Prime Minister Benjamin Netanyahu promised a dramatic announcement on Monday night. Like many politicians, he did not feel the need to keep it. The good public was waiting, the media was speculating, rumors were spreading. At some point, he needed to cool it down. No — he is not going anywhere. No —he does not give up. What he wants is justice — his version of it. His dramatic demand was to confront the state witnesses involved in the legal cases against him, and debate them before the legal authorities, or the public, or whomever.
Netanyahu seems to know that his legal troubles are nearing a climax. He seems to understand that the Attorney General is about to call for indictment, pending a hearing. Netanyahu argues that informing the public about a possible indictment before the election — when the hearing can only take place after the election — would be unfair to him. Netanyahu’s supporters think he has a point. Netanyahu’s opponents agree that this is no more than a delay tactic.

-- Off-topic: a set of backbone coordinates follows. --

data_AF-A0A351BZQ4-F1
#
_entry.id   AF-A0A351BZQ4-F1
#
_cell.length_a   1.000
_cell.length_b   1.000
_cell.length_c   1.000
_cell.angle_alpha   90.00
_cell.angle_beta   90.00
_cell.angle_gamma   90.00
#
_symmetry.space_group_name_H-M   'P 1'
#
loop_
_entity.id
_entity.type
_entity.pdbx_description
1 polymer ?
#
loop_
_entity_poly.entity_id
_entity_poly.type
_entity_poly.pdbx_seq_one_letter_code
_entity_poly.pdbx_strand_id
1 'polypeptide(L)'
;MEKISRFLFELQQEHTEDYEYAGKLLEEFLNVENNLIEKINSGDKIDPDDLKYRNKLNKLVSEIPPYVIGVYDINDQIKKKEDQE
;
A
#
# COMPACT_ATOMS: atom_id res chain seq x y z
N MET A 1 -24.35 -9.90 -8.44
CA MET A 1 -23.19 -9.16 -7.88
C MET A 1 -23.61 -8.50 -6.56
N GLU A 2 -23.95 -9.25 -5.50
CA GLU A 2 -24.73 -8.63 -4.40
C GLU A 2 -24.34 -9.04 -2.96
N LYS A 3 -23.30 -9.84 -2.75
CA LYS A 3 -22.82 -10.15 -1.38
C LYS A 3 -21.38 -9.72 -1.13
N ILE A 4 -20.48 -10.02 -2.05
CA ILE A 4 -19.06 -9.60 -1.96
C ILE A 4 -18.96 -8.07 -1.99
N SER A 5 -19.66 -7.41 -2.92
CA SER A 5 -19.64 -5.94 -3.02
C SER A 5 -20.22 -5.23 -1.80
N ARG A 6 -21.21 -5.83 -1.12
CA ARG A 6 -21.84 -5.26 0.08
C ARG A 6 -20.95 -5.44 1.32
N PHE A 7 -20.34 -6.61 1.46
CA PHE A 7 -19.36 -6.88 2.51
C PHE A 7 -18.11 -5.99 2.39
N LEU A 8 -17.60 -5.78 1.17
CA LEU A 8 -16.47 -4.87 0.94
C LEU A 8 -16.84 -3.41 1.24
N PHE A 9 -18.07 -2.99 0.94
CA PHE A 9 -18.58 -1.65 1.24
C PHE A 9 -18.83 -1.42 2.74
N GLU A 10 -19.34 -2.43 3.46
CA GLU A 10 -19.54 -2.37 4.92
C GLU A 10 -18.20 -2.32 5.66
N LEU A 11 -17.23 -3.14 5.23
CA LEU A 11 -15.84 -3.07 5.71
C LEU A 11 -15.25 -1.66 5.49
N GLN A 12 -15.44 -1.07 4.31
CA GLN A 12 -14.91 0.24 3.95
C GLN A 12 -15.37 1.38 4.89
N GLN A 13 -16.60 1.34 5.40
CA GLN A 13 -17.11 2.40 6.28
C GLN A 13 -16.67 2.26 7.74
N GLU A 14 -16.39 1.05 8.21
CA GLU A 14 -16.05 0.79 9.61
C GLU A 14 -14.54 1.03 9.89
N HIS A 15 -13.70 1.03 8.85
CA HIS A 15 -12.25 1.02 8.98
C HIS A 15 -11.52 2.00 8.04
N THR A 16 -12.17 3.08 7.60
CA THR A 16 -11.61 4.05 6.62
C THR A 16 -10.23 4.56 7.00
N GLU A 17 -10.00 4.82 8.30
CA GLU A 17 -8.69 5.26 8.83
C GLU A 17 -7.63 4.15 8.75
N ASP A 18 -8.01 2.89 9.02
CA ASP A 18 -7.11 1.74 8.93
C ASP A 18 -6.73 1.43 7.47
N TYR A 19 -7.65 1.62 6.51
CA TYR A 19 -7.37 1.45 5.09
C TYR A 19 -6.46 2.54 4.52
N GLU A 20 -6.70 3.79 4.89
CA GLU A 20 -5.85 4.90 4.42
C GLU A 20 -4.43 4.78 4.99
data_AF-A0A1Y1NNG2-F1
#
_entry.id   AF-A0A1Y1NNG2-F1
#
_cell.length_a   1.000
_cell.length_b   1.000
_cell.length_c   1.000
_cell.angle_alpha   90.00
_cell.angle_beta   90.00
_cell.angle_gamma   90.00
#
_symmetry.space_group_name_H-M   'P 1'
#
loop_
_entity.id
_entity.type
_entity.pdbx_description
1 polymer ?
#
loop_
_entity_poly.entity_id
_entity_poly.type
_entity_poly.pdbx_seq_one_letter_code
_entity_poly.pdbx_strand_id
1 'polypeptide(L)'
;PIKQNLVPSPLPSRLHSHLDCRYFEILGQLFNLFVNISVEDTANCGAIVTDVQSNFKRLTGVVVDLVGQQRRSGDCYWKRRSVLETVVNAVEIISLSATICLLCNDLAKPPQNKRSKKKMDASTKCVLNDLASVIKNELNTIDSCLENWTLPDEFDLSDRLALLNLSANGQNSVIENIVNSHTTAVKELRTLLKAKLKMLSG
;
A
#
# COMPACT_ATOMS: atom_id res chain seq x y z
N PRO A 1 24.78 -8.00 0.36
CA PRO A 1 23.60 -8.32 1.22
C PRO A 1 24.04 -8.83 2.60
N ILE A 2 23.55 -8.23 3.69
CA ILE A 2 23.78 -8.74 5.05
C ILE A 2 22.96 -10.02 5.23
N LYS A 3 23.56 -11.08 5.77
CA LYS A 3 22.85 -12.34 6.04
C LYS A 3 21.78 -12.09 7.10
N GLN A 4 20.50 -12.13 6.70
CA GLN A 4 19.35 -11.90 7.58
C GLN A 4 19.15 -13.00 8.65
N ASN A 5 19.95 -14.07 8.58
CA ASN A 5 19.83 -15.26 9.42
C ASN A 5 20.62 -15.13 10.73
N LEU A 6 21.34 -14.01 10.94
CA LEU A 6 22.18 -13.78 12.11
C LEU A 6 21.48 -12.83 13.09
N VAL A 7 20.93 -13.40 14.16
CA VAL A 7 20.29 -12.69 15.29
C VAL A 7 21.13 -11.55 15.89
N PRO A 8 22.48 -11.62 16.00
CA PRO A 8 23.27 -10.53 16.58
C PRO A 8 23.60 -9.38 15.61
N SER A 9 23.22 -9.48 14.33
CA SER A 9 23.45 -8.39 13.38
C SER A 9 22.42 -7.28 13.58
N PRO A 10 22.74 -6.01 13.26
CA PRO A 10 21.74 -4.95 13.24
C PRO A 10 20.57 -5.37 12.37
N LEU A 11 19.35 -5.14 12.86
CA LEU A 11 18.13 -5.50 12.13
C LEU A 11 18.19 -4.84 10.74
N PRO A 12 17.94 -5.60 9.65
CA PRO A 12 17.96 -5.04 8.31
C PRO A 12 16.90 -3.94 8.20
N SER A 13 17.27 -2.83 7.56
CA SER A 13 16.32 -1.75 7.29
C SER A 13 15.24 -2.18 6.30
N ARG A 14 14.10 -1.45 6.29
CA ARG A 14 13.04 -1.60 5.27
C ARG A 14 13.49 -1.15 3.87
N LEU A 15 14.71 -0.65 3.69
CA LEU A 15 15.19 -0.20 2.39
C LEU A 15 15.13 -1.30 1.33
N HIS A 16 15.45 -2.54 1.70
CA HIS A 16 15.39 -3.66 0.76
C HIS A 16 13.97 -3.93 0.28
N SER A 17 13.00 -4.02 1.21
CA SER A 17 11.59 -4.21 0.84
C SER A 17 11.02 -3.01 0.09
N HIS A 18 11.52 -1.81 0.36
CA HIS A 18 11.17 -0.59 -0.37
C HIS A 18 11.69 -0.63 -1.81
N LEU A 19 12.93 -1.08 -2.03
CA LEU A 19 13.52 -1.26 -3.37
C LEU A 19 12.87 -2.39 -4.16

What Netanyahu did this evening was remarkable in one way only: It emphasized his ability to dominate the agenda without much effort. A tweet, a hint, a pause, and at eight o’clock the whole country must listen.
Does it help him? That’s the wrong question. The right one is: How does it help him? To which the answer is: Netanyahu wants to rally his base of voters, and doesn’t much care what other TV viewers think about his appearance. If they call his drama a disappointment, he will say all they want is to see him stand trial. If they say his rush to alarm the public was pathetic, he will say that they treat him unfairly.
This is about winning an election. It is about solidifying a base. Netanyahu believes that for him to win an election is also the best way for him to win his legal case.